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Other names:GDF-8, Myostatin
Genetic data
Locus: Chr. 2 q32.2
Gene code: HUGO: GDF8
Protein Structure/Function
Protein type: TGF beta superfamily
Functions: Negative regulator of skeletal muscle growth
Domains: TGFβ domain
Taxa expressing:Homo sapiens; homologs: many metazoan phyla
Cell types:many, skeletal muscle
Subcellular localization:Extracellular
Medical/Biotechnological data
Diseases:Muscle hypertrophy
Database Links
Entrez: 2660
OMIM: 601788
RefSeq: NM_005259
UniProt: O14793

Myostatin (formerly known as Growth differentiation factor 8) is a growth factor that limits muscle tissue growth, i.e. higher concentrations of myostatin in the body may cause the individual to have less developed muscles. The myostatin protein is produced primarily in skeletal muscle cells, circulates in the blood and lymph and acts on muscle tissue, apparently by slowing down the development of muscle stem cells. The precise mechanism remains unknown. Its functions in non-mammalian vertebrates appear to be somewhat conserved as muscle-specific actions have been demonstrated in birds. However, it is produced in many different fish tissues, suggesting that it may regulate more than just muscle mass in these vertebrates.


Discovery and sequencing

Myostatin and the associated gene were discovered in 1997 by geneticists Alexandra McPherron and Se-Jin Lee, who also produced a strain of mutant mice that lack the gene and have about twice as much muscle as normal mice.[1] These mice were subsequently named "mighty mice". The gene has been sequenced in humans, mice, several other mammals and many different fish species, most of which are current or potential cultivars. The primary coding sequence is highly conserved among all vertebrates [2] as is the genomic organization [3]. These and other recent studies also indicate that the myostatin gene in fish has been duplicated as most fish species possess two distinct myostatin genes (MSTN-1 & -2) while salmonids have four (MSTN-1a, -1b, -2a & -2b) [4][5][6] This further suggests that the physiological and developmental aspects of myostatin biology may be quite different from that in mammals.

Effects of inactivated myostatin

Lee and others found in 1997 that the double muscled cattle breeds Belgian Blue and Piedmontese have defective myostatin genes; these strains have been produced through breeding. [7][8][9]

In 2004, a German boy was diagnosed with a mutation in both copies of the myostatin-producing gene, making him considerably stronger than his peers. His mother, a former sprinter, has a mutation in one copy of the gene.[10][11][12][13][14][15] More recently, an American boy born 2005 was diagnosed with the same condition.[16]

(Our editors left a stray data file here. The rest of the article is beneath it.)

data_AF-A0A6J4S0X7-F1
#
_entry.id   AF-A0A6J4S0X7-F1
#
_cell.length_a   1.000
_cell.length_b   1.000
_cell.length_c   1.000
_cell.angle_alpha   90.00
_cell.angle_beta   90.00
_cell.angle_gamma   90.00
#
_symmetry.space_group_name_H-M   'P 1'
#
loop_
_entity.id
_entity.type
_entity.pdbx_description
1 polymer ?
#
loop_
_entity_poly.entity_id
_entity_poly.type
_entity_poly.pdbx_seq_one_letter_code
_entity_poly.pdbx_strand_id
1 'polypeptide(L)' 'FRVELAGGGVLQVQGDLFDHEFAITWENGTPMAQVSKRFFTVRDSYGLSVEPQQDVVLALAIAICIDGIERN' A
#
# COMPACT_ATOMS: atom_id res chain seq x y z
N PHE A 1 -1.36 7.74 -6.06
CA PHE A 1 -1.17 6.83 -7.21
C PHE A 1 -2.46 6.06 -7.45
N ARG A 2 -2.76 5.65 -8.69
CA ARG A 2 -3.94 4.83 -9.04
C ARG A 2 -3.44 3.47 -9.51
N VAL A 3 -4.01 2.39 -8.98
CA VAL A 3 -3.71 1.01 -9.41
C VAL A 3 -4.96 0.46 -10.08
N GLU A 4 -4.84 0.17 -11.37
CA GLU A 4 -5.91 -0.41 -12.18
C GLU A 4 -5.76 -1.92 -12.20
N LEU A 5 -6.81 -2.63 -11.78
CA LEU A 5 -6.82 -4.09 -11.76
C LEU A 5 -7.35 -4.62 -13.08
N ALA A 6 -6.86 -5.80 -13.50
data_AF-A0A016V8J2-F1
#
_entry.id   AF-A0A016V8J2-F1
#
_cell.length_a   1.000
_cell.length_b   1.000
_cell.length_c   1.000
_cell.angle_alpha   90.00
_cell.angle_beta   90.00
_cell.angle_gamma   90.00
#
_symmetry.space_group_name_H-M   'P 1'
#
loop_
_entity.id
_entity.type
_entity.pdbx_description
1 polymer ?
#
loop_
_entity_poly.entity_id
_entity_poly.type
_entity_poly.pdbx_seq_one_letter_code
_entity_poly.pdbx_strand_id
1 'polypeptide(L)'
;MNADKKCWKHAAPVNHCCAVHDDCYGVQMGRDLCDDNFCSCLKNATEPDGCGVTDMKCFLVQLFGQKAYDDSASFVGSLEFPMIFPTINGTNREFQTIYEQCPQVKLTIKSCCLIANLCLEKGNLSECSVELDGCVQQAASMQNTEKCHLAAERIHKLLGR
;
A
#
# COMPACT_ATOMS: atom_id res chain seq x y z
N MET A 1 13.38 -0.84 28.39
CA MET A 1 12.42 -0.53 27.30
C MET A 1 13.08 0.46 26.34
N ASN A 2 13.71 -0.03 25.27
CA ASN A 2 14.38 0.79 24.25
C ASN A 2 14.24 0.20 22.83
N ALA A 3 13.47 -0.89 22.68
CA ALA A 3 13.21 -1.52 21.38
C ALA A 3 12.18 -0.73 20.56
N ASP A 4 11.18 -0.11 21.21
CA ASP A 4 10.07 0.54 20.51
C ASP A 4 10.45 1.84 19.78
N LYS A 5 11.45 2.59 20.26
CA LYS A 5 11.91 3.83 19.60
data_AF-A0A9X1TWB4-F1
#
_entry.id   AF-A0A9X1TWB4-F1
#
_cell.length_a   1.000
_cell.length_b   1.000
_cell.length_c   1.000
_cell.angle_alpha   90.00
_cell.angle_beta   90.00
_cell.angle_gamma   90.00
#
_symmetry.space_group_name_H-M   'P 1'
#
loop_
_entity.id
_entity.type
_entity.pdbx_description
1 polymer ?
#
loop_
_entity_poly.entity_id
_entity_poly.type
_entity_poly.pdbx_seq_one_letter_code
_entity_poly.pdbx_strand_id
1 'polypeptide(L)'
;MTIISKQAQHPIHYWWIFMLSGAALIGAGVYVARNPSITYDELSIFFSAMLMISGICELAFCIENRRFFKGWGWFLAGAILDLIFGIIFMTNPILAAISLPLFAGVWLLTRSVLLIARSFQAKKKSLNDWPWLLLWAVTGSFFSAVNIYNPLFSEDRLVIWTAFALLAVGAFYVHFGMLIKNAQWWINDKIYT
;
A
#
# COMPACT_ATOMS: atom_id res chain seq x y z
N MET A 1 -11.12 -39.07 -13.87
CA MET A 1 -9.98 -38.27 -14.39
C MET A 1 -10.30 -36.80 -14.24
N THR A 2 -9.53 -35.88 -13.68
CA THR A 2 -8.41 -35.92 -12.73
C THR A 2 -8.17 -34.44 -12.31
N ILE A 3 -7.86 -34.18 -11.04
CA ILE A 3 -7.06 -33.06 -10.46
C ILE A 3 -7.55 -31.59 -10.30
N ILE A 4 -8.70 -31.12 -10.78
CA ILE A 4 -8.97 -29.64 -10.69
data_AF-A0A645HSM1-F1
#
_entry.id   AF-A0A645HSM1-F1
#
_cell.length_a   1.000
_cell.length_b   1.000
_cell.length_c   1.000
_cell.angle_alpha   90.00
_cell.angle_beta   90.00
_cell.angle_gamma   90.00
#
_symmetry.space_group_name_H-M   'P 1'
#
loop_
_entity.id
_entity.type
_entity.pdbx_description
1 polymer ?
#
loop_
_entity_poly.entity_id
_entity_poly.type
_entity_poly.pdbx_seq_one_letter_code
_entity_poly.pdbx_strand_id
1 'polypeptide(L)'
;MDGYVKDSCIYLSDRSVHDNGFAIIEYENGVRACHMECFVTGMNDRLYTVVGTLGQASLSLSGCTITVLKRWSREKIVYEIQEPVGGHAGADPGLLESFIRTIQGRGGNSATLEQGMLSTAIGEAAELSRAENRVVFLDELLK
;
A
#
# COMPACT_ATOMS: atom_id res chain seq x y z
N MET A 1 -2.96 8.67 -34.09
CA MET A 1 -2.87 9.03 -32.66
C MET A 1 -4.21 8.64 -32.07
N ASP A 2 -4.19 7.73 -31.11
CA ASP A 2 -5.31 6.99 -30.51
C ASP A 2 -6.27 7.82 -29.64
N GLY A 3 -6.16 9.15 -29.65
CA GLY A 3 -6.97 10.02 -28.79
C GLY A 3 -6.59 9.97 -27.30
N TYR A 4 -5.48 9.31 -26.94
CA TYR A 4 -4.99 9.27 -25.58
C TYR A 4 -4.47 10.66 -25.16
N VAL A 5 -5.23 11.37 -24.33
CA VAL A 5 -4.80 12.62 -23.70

Myostatin is a member of the TGF beta superfamily of proteins.

Human Myostatin consists of two identical subunits, each consisting of 110 amino acid residues. Its total molecular weight is 25.0 kDa. It can be produced in genetically engineered E. coli or eukaryotic cells and the recombinant protein from both sources is commercially available. However, due to the unique manner by which the mature protein is processed, there is considerable doubt as to the effectiveness of myostatin generated in E. coli.

Performance Enhancement in Dogs

  A 2007 NIH study in PLOS Genetics[17] found a significant relationship in whippets between a myostatin mutation and racing performance. Whippets that were heterozygous for a 2 base pair deletion in myostatin were significantly over-represented in the top racing classes. Whippets with a homozygous deletion were apparently less able runners although their overall appearance was significantly more muscular. The 2 base pair mutation resulted in a truncated myostatin mRNA, likely resulting in an inactive form of myostatin.

Interestingly, whippets with the homozygous deletion also had an unusual body shape, with a broader head, pronounced overbite, shorter legs, and thicker tails. These whippets have also been called "bully whippets" by the breeding community due to their size, but not their temperament.

This particular mutation was not found in other muscular dog breeds such as boxers and mastiffs, nor was it found in other slight hounds such as greyhounds, Italian greyhounds, or Afghan hounds. The authors of the study suggest that myostatin mutation may not be desirable in greyhounds, the whippets' nearest relative, because greyhound racing requires more significant endurance due to the longer races (900 meters for greyhounds vs. 300 meters for whippets).

Potential clinical significance